The CHEOPS space telescope, constructed and operating under the auspices of the European Space Agency (ESA), began its scientific observations in the spring of 2020. Though the space telescope is primarily used to individually observe exoplanet systems that have already been identified, it is able to carry out more detailed examinations than before and more precise measurements.
The space telescope’s first published result refers to WASP-189b, an ultra-hot, Jupiter-type exoplanet in very close orbit to an extremely hot star. The examination of planets orbiting hot stars is an important task because the emergence and development of the planetary systems around these planets unfolds completely differently to what we see in our own solar system, due to the large amount of radiation and rapid rotation. At the same time, very few planets have been identified that orbit a genuinely hot star.
There are currently approximately 4,500 confirmed exoplanets. On the list of their central stars, the hottest ones include pulsars and white dwarfs, with ‘common’ stars appearing further down. WASP-189 takes tenth place on this list, and is also the brightest, which means it is a typical representative of this particular category. The distance of its planet is only four and a half times the radius of the mother star, so the radiation in the atmosphere is enormous.
- The WASP-189 system. The geometry formed by the rotation of the star (left) explains the asymmetries of the light curve (center). To the right you can see the Sun, Jupiter, and Earth at a scale that matches the star and planet of the WASP-189 system (ESA)
With the help of the space telescope, it was possible to monitor the progress of the planet both in front of and behind the star. The light curve of the planet’s passage in front of the star is asymmetrical due to the star’s fast rotation. The shape of the rapidly rotating star is flattened out like a spinning top, causing the celestial body to be wider and cooler at its equator with bright spots at its poles. If you observe both the axis of rotation of the star and the planetary orbit from the side, it leads to an asymmetric brightness distribution, i.e. a light curve asymmetry, of the obscured star surface in its transit path. In this way, it is also possible to determine the mutual geometry of the star and the planet’s orbit, which in the case of WASP-189b is a substantially perpendicular position. The planet’s orbit is not in the equatorial plane we see in our Solar System, but instead passes over the star’s poles. From an accurate examination of the light curve, and by analyzing the starlight reflected by the planet, it was effectively possible to show that the radiation falling on the planet increases above the poles.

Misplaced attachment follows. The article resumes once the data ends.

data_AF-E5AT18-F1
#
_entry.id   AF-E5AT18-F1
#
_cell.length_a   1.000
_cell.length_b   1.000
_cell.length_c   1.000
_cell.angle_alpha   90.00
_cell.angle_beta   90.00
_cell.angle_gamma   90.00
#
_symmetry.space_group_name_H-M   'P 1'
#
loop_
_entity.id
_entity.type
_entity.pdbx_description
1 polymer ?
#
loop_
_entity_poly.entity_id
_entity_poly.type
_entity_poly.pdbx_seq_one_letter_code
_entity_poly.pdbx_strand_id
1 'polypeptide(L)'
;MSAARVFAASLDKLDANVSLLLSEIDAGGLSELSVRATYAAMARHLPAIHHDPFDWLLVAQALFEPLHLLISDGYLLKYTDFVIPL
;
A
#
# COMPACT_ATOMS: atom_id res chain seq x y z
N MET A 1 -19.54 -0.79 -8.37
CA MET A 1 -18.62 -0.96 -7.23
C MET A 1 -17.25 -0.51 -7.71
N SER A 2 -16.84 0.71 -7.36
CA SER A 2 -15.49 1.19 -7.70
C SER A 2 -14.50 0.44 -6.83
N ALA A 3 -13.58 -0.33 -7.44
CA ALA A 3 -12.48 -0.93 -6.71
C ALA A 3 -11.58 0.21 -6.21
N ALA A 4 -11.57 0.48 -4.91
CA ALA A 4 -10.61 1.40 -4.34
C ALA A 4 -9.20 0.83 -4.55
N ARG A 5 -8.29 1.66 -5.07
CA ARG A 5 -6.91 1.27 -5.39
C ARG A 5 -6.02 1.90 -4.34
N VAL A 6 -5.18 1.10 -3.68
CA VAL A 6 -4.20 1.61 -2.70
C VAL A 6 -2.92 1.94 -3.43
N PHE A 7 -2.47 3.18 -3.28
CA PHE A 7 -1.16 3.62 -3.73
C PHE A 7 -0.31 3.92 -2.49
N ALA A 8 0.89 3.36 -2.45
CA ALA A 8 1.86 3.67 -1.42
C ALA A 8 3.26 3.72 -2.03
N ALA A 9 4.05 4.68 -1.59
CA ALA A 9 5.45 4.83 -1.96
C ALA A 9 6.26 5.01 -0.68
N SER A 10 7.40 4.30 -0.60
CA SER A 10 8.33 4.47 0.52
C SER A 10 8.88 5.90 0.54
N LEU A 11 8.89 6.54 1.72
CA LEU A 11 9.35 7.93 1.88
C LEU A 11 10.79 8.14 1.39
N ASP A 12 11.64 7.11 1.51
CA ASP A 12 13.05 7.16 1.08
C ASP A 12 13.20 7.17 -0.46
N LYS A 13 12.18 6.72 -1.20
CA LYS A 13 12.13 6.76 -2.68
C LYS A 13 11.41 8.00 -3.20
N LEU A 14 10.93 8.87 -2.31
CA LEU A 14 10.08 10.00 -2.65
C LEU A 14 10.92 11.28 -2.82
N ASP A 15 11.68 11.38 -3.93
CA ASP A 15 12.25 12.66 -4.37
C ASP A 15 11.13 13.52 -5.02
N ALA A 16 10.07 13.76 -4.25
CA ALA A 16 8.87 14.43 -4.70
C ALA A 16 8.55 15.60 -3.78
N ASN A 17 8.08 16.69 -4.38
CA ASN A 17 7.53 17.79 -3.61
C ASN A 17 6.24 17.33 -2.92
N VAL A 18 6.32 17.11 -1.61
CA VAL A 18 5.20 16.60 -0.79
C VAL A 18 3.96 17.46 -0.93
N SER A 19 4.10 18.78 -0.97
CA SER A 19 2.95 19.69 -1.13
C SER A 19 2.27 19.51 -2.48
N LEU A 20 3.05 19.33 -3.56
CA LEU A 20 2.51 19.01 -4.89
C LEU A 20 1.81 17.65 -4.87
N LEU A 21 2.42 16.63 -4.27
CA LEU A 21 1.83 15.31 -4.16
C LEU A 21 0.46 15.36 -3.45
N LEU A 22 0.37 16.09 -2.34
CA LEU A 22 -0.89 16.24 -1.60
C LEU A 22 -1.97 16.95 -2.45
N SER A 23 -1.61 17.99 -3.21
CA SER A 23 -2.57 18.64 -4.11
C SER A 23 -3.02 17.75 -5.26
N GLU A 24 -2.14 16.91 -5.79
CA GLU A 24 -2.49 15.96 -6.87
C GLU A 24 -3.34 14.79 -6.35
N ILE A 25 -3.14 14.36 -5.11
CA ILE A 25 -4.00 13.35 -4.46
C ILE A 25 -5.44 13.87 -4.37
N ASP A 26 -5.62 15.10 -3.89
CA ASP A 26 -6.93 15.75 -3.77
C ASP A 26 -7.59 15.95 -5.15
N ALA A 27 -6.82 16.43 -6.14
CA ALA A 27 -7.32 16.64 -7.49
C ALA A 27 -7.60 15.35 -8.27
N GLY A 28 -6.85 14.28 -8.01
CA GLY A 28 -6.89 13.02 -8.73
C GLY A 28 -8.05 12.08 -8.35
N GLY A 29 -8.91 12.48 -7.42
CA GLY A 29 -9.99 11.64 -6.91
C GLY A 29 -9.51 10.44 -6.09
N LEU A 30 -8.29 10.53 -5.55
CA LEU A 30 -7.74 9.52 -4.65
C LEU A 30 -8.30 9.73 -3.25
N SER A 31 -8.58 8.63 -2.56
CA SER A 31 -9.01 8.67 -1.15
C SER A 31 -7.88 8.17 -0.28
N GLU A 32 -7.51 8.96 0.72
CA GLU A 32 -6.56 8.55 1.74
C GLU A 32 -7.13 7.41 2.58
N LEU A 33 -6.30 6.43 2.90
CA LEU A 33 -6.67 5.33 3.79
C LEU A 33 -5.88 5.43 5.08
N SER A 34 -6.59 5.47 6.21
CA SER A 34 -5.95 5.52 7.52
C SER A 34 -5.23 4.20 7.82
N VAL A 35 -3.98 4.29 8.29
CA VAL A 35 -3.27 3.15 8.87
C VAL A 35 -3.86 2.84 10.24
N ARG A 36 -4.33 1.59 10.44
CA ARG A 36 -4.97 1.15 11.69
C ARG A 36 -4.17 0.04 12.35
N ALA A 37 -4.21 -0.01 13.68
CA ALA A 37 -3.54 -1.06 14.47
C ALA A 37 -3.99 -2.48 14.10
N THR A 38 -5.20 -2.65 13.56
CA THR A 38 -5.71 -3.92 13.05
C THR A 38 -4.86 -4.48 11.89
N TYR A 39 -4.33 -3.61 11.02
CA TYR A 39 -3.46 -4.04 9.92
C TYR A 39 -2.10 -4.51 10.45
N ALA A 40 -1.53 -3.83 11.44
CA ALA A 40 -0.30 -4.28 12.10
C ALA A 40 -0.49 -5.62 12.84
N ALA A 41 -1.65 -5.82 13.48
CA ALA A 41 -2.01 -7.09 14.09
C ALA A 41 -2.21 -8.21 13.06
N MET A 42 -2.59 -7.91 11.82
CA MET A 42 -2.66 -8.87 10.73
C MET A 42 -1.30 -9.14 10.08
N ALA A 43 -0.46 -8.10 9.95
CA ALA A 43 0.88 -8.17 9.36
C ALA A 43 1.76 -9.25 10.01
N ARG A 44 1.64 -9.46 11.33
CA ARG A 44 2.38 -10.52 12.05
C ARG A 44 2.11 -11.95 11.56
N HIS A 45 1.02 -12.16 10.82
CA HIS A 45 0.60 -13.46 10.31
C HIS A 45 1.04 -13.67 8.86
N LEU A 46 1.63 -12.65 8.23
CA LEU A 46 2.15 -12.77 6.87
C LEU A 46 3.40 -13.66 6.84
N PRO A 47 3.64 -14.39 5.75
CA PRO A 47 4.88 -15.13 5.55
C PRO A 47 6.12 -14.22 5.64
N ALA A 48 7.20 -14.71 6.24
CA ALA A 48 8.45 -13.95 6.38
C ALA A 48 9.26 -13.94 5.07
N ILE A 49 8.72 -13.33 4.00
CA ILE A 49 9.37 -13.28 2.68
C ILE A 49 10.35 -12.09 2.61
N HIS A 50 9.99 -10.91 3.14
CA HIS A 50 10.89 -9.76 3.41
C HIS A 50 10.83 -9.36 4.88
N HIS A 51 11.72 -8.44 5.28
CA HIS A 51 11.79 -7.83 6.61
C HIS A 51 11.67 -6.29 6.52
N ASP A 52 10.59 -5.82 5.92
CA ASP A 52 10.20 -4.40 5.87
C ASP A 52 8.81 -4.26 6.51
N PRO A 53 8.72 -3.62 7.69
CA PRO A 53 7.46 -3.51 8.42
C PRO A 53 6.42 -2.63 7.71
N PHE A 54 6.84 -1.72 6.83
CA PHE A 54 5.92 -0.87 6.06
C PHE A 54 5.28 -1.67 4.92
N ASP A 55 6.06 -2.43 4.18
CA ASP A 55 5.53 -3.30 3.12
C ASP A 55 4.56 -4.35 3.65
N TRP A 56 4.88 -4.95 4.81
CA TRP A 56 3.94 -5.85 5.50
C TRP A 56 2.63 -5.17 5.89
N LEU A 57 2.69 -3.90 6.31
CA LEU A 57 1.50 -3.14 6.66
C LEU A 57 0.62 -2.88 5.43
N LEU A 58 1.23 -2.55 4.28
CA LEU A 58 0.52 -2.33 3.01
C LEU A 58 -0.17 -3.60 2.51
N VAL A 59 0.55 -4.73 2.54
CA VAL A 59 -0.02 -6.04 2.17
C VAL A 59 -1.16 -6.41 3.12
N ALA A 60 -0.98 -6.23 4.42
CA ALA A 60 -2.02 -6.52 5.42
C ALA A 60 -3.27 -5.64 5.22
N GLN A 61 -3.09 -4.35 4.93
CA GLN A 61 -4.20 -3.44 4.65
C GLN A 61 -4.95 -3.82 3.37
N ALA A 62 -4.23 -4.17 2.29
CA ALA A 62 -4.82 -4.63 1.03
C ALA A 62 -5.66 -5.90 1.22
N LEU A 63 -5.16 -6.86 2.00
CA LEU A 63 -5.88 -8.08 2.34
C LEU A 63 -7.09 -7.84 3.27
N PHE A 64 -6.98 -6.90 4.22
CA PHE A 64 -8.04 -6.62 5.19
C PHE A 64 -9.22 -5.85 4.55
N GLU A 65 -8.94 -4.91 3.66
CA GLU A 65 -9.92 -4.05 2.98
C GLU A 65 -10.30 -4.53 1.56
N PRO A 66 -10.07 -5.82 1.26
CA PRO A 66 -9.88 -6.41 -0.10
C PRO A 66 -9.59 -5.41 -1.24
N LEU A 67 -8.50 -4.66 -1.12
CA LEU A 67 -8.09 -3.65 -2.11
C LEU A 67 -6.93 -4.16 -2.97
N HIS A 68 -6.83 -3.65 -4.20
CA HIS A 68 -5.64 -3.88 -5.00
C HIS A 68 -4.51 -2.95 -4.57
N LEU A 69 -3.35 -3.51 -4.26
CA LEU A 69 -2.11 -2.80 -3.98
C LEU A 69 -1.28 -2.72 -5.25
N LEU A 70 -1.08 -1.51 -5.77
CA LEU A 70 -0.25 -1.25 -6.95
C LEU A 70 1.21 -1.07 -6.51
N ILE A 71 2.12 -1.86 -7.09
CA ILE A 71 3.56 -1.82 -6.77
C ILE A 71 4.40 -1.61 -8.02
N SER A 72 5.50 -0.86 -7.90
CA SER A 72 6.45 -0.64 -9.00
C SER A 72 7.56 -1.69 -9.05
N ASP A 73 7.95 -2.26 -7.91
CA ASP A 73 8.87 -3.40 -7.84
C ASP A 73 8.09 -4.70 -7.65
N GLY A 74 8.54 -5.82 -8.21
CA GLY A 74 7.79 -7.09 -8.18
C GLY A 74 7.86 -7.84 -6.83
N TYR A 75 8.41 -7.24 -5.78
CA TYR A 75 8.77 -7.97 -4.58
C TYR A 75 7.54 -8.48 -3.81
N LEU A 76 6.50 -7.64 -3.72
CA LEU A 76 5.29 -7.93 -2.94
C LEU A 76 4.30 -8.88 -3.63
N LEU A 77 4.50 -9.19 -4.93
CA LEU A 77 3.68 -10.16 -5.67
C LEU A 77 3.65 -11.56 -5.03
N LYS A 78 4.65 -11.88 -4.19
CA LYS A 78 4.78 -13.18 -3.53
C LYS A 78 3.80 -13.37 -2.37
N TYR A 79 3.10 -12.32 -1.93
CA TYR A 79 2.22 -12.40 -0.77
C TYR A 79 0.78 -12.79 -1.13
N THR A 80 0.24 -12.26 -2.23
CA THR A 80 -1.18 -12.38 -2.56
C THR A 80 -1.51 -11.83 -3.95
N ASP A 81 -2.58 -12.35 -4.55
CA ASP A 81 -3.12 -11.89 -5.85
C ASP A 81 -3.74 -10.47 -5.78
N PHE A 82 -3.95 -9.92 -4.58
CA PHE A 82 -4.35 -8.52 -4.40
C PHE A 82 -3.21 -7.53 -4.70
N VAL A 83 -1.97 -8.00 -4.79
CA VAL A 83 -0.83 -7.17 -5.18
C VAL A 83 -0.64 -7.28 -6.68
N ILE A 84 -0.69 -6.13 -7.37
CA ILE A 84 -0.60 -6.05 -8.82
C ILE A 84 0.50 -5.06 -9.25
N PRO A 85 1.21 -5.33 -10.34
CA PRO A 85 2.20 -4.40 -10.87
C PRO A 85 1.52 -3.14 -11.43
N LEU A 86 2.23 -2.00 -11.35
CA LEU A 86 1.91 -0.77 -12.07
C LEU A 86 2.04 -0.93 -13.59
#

Based on the planet’s disappearance behind the star, it was also possible to accurately measure the size and temperature of the planet. WASP-189b always turns towards the star with the same side, so the temperature on the daytime side is very high, around 3,200 K, an exceptional temperature for a planet. At this temperature, all elements are in a molten state and most molecules decompose. The atmospheric processes that shape the climate of this inhospitable world are completely different to any celestial body found in the Solar System.
- Here we can see the planet WASP-189b from its star. In the middle is the silhouette of CHEOPS, which – also close to our imaginary point of view – looks as if it is revolving around WASP-189b (Frederik Peeters / David Ehrenreich)
The CHEOPS space telescope is still at the start of its mission, and we can expect to see more than 100 similar findings during its operational cycle.
The article on which the communication is based was published in the journal Astronomy & Astrophysics, the editor in chief of which is Monika Leindl (Observatoire de Genève, Université de Genève). The Hungarian researchers on the list are: László Kiss L., Director General of ELKH CSFK, and Tamás Bárczy, Managing Director of Admatis Kft., as Hungarian members of the CHEOPS Science Board; as a Hungarian member of the Science Team, Gyula Szabó M., GAO Director of Eötvös Loránd University and Attila Simon (Physikalisches Institut, Universität Bern), and Szilárd Csizmadia (DLR, Berlin) as the second author of the article.